Sustainable Tourism in Kumarakom – A Case Study
kumarakom is situated on the banks of the Vembanad Kayal (backwater), 10 km. west of the Kottayam District Head Quarters in Kerala. Kumarakom, a backwater tourism hub is gaining strategic place in on the tourist map due to its natural charm and aesthetic beauty. Tourism development in Kumarakom started with the lease of KTDC land in the bird sanctuary area to Taj Kerala Resorts Limited in the 1989. Tourism has developed rapidly in the area hence Prime Minister A B Vajpayee’s visit in 2000 December and his popular ‘Musings from Kumarakom’ has created much hype among tourists in this otherwise calm village. Kumarakom panchayat at present has 8 big resorts contributing to 580 beds and creating direct employment opportunities for 740 people and indirect employment opportunities for 324 others. Meagre employment gains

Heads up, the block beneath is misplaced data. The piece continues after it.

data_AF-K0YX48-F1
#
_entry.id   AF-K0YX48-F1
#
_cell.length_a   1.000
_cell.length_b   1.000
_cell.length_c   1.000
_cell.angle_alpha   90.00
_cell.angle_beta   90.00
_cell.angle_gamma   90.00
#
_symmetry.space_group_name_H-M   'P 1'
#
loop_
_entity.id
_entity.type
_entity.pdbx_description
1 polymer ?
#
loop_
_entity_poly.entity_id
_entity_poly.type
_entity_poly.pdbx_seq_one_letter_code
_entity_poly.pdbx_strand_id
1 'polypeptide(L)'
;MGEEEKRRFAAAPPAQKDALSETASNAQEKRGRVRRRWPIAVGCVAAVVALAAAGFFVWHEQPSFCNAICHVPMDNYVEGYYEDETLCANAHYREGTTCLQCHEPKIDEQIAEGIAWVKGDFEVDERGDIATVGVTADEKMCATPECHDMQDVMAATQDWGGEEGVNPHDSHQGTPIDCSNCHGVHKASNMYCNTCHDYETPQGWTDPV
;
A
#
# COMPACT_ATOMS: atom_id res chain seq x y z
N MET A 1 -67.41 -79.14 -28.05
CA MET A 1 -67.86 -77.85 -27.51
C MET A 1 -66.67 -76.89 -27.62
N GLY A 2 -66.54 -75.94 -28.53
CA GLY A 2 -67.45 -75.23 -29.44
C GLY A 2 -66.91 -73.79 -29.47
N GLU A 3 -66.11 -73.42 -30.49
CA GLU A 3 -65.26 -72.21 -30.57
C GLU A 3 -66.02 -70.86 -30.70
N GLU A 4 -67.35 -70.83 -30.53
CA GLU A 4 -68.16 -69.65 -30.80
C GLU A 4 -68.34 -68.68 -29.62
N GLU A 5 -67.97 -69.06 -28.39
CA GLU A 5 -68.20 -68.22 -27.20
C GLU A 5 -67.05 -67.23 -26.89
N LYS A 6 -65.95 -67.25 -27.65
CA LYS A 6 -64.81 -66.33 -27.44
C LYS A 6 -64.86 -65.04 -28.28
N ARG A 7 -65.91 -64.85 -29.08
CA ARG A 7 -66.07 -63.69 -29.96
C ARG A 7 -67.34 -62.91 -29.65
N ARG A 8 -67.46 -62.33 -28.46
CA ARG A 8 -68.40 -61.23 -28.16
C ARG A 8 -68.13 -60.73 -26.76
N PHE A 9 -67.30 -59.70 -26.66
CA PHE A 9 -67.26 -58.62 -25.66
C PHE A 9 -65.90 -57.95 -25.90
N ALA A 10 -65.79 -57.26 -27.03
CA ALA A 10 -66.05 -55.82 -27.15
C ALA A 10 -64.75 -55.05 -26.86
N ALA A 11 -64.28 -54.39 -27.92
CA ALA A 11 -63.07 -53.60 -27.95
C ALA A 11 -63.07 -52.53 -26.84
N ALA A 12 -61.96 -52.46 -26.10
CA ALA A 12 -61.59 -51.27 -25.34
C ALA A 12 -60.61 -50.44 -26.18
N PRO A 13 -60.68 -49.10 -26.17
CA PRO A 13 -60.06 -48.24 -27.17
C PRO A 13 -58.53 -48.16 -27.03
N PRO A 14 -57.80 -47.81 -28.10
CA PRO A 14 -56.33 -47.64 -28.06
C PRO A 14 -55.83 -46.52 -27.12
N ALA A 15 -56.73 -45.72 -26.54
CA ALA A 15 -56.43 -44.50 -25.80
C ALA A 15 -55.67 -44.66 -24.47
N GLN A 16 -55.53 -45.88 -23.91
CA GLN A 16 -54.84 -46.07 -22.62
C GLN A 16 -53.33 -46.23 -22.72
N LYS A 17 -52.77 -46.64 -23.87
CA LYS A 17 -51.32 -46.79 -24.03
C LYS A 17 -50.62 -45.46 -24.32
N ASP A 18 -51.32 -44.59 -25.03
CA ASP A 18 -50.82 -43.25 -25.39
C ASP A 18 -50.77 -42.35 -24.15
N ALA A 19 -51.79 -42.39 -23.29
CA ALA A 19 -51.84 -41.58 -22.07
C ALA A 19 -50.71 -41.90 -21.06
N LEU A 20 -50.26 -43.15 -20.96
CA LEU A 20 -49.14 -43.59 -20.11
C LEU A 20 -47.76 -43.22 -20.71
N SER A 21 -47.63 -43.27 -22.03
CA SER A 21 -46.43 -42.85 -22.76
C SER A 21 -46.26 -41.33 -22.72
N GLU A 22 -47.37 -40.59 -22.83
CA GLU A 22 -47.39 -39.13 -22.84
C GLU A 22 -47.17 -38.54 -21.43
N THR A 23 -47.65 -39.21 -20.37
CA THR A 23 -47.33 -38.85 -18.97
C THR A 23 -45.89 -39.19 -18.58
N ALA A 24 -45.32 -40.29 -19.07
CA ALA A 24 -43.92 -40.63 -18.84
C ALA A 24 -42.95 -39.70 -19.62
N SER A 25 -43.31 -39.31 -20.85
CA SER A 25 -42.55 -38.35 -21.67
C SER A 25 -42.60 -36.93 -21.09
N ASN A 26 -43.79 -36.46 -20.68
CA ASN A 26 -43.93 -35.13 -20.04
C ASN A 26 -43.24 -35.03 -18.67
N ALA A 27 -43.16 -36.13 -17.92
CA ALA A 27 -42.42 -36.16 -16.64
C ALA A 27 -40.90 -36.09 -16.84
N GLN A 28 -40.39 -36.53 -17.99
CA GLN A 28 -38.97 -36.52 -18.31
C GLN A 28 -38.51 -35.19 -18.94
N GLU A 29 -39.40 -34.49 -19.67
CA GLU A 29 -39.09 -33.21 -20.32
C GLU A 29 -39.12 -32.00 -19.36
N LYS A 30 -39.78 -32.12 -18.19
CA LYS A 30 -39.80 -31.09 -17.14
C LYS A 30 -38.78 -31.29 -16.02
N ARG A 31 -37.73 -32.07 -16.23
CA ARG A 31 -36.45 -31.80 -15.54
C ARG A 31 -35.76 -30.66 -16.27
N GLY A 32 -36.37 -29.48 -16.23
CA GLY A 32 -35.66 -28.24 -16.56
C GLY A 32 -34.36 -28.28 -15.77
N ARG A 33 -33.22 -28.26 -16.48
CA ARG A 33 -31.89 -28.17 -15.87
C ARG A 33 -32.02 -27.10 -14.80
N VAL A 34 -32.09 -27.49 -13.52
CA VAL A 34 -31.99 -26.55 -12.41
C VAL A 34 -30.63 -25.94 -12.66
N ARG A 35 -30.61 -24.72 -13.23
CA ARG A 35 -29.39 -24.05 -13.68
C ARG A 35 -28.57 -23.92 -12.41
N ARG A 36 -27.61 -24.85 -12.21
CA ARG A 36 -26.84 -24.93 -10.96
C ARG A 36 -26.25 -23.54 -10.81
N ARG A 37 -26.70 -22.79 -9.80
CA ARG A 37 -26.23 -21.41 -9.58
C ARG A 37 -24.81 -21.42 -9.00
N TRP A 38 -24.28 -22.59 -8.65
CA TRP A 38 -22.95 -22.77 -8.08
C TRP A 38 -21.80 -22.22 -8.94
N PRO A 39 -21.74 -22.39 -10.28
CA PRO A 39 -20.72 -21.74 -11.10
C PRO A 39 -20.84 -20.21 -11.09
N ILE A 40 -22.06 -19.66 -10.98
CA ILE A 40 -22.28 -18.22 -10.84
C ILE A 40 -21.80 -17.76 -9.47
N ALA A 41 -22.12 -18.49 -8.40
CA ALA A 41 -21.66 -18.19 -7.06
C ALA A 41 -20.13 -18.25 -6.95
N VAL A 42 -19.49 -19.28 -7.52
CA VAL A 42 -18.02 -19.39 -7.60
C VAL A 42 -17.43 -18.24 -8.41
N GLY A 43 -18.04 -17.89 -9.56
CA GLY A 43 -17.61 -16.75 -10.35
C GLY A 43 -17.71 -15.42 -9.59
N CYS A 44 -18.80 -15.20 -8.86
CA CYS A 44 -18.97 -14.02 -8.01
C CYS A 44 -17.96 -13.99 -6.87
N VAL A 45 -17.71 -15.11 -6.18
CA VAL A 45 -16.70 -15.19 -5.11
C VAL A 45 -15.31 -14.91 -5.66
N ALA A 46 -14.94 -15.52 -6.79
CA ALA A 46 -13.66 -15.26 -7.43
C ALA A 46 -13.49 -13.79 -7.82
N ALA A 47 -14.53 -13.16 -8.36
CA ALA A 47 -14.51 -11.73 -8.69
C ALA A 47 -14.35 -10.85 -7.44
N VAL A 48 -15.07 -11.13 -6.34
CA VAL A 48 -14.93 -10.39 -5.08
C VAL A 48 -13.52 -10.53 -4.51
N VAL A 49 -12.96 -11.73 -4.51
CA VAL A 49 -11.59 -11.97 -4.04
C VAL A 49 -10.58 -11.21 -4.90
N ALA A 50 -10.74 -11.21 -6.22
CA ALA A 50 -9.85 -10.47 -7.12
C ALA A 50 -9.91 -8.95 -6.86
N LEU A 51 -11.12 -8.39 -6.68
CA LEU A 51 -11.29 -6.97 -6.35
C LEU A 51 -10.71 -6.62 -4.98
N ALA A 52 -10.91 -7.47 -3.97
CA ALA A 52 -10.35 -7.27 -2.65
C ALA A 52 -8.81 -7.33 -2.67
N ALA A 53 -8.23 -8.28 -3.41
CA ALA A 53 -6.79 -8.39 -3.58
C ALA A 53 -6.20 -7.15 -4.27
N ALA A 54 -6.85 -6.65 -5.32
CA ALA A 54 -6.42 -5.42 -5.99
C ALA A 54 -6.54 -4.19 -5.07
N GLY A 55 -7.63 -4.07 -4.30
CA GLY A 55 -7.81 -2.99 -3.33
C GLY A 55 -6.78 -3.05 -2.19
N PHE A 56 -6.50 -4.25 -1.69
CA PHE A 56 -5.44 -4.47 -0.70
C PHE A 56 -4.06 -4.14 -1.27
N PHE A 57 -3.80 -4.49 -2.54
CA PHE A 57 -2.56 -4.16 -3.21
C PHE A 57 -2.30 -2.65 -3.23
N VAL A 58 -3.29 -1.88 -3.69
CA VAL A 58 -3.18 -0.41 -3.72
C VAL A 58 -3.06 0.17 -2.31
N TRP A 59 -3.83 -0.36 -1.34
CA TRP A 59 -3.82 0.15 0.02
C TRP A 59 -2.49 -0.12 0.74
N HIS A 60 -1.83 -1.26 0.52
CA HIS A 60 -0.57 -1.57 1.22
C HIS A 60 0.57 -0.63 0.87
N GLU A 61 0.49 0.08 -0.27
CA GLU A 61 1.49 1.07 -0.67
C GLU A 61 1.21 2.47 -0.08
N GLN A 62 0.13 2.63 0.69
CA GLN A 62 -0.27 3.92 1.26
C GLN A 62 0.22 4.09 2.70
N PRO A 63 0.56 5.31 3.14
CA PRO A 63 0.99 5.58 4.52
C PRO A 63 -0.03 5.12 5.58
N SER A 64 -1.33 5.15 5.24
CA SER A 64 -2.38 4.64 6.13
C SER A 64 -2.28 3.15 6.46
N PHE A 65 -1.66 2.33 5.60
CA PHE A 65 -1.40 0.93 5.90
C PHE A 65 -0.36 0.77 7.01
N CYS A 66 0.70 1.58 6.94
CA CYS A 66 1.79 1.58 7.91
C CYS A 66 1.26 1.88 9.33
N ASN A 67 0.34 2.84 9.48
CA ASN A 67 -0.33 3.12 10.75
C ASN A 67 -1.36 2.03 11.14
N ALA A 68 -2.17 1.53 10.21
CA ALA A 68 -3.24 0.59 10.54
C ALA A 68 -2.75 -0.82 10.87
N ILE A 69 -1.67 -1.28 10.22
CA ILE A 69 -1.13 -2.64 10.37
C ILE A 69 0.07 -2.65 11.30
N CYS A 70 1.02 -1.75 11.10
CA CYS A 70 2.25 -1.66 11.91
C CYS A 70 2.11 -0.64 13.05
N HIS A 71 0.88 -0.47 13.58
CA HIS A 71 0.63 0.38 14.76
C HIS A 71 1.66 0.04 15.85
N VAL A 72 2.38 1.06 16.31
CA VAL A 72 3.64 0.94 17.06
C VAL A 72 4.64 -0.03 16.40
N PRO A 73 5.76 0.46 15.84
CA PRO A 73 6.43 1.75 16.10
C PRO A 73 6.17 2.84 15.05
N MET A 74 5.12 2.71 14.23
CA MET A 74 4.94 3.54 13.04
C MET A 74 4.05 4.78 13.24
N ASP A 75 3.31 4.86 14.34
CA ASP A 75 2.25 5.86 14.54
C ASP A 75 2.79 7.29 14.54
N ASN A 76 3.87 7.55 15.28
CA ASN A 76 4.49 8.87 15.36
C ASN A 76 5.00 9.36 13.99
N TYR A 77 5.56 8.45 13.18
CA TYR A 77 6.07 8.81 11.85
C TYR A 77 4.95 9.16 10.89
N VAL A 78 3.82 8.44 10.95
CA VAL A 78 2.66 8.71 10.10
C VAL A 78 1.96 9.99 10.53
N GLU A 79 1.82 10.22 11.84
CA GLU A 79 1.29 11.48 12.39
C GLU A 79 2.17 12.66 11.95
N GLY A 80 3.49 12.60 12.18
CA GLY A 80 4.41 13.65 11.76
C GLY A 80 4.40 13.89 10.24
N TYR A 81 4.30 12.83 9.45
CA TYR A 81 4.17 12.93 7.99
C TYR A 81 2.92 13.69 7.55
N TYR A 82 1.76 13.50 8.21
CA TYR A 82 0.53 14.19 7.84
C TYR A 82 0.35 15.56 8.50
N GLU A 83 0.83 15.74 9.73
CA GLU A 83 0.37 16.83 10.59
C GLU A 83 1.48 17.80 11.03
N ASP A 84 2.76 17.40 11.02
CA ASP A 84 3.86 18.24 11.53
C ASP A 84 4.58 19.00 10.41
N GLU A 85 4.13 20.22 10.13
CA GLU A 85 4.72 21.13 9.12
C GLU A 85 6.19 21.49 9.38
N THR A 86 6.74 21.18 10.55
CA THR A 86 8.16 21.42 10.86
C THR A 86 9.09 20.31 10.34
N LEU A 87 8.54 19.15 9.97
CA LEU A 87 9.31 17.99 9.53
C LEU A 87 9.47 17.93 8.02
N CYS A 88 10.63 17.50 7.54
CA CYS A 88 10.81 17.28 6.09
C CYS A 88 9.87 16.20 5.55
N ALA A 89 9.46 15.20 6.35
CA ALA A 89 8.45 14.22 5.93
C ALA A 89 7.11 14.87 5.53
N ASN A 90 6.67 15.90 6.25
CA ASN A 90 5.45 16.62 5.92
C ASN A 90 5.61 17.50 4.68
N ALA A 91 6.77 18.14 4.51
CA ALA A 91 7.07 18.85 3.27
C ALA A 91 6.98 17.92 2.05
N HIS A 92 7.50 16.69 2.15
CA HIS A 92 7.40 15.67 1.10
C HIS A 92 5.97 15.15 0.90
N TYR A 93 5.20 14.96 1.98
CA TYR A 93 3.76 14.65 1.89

The employment opportunity in the tourism sector was not favourable to the local community with 80% of the regular employees in big hotels appointed from outside Kumarakom. A study conducted by EQUATIONS in 2000, “Women’s participation in tourism development” revealed that most of the labourers lost their traditional occupations. Women and agricultural labourers displaced from the lands converted for tourism could not be compensated with alternative jobs. The contract labourers appointed by the tourism industry did not have job security and were terminated at any time without assigning any reason. Although these workers are eligible for minimum wages, they are paid at much lower rates.The clustering of the resorts on the banks of Vembanad Kayal denied access to local people involved in fishing and shell collection to the kayal. The increased number of speedboats, motor boats and house boats plying as part of the tourism development has resulted in the damage of fishing nets of the community bathe in the Vembanad kayal. Tourist resorts have even gone to the extent of privatising and appropriation of kayal and use it to promote their business without due regard to the regulations placed by the panchayat. The natural banks of kayal, once covered with thick mangrove forests are now replaced by granite walls to get an uninterrupted vision of kayal from their property. The felling of mangrove forests has completely destroyed the breeding grounds of fish resulting in the diminishing of number in fish. The fish species – Half beak (Hemir amphus) that were abundant in the lake have now reduced substantially threatening the livelihood of fishermen dependent on this catch.Hotel Waterscapes of the Kerala Tourism Development Corporation (KTDC) is situated very near the bird sanctuary and mangrove forests. The two mangrove swamps on the northwest corner of the KTDC complex were the only breeding ground for Night Herons in Kerala in the 80s. The clearance of trees in the entrance area of the complex has ensured the vanishing of one third of bird population in the last decade. The attack on the mangroves by KTDC still continues as the mangroves at the bird sanctuary have been drastically cut in February 2004 for easy visibility of birds for tourists. The Taj Group had placed bright lights in the hotel to avoid birds coming to their property. The irony is that tourism has contributed nothing in improving the infrastructure development or the development of service and productive sectors in Kumarakom. A socio-economic survey conducted by EQUATIONS in 2000 among 139 households of the village, 62 responded that tourism has had no contribution in improving road/transport, 87 responded ‘NO’ to the availability of water, 90 responded ‘NO’ to the availability of electricity, 80 responded ‘NO’ to the availability of Sewerage & Drainage and 99 responded ‘NO’ to the availability of employment for the question – “Has tourism contributed in improving of the following?”. The local groups and other civil society organisation raised concerns on the impacts of tourism through an...
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